There are influences and then there are blatant rip-offs. Why anyone in their right mind would consciously choose to imitate Courtney Love is somewhat of a mystery; there is, after all, already the original. Also, while it’s perfectly understandable that some people begin their music career by idolising (and to an extent copying) their idols, most artists develop their own style over the course of their career and normally find their own ‘voice’. Not so, at least not yet, for Brody Dalle.
For those unfamiliar with the former Distillers and Spinnerette leader, just imagine Love fronting the Queens Of The Stone Age and you’ve got Dalle’s first record as a solo artist. And if you can picture that, you’ve already heard the album in your head. Recorded in Josh Homme’s Pink Duck Studio (the Queens Of The Stone Age frontman being Dalle’s husband, of course) and featuring contributions from Michael Shuman – also from Queens Of The Stone Age – the guitars on Diploid Love lean heavy, heavily towards… Queens Of The Stone Age. No shit.
Then there are the vocals. Dalle’s contralto vocal range is raw, gutsy and gravelly – if you didn’t know she’d just recently had her second child, you’d be easily fooled into believing this woman’s diet purely consisted of hard whiskey and cigarettes. And despite very briefly dabbling into sweeter, softer territory one track, Carry On, you can pretty much close your eyes, replace Dalle’s image with Love’s, and we’re back in 1994 when Hole are at their peak. “Well, give us an example then,” I hear you say… The entirety of Diploid Love is your example.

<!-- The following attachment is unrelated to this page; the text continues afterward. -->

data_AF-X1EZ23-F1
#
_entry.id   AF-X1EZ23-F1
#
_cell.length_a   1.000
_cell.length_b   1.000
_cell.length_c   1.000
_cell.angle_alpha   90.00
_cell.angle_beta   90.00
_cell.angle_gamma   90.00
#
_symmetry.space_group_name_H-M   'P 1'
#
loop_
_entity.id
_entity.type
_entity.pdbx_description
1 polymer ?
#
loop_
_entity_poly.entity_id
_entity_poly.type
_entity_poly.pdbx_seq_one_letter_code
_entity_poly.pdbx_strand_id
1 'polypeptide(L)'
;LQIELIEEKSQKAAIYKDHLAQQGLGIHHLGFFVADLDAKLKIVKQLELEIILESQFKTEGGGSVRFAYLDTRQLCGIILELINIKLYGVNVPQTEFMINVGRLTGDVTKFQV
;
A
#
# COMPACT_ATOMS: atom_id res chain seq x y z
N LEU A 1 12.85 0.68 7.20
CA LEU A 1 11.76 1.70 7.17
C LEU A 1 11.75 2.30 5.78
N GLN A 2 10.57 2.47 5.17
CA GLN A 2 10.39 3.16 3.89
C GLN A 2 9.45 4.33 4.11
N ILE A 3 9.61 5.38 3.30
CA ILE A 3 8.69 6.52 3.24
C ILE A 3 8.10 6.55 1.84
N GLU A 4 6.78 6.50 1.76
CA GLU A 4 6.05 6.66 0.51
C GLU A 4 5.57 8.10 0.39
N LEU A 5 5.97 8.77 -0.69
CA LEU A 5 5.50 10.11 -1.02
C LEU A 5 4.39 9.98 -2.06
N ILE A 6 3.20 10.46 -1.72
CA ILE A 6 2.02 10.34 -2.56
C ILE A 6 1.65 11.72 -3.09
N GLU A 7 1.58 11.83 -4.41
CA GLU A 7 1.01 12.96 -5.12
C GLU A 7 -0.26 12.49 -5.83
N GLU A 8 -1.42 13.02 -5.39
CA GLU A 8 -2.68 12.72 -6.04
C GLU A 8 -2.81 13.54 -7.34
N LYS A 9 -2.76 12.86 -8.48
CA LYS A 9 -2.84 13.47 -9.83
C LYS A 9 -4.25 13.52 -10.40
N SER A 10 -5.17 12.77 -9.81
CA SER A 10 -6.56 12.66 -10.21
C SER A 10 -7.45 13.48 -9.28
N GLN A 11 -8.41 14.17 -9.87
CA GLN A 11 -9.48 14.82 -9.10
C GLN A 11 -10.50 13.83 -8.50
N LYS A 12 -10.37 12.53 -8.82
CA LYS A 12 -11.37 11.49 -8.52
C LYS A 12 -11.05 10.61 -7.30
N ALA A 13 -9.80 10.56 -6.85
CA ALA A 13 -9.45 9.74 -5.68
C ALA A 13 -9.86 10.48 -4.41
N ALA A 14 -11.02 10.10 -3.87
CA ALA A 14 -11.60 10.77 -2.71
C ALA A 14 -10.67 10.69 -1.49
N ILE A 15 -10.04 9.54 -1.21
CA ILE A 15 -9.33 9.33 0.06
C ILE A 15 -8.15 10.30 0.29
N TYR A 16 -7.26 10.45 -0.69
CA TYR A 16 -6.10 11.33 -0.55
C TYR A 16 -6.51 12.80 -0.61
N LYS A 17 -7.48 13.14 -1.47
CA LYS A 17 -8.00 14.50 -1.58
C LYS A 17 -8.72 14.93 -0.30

But just because it’s far from original doesn’t make it completely terrible. Dalle is clearly talented in that she co-produced and oversaw her solo album, with Alain Johannes taking charge on knob-twiddling duties. Dalle also wrote all the songs herself and played almost all of the instruments, which is actually pretty damn impressive (except for the Mariachi horns, obviously – that’s El Mariachi Bonx and Cindy from the El Mariachi Divas, there). Other guest appearances on the album come courtesy of Shirley Manson from Garbage, Nick Valensi from The Strokes, violinist Jessy Greene, Emily Kokal from Warpaint, Tyler Parkford from Mini Mansions with Darren Weiss of Papa and Hayden Scott of AWOLNATION helping out on the sticks.
Lyrically, Dalle’s still ‘taking no shit’ and expressing her anarchistic ways in tracks with titles like Don’t Mess With Me and I Don’t Need Your Love, but despite even the song names sounding too Hole-ish for comfort, the likes of Underworld, Dressed In Dreams and Blood In Gutters prove that she does have a good ear for a memorable hook from time to time. Diploid Love doesn’t suck, but neither is it revolutionary. If anything, at least Dalle’s volunteering to carry on the torch for the next generation of riot grrrls.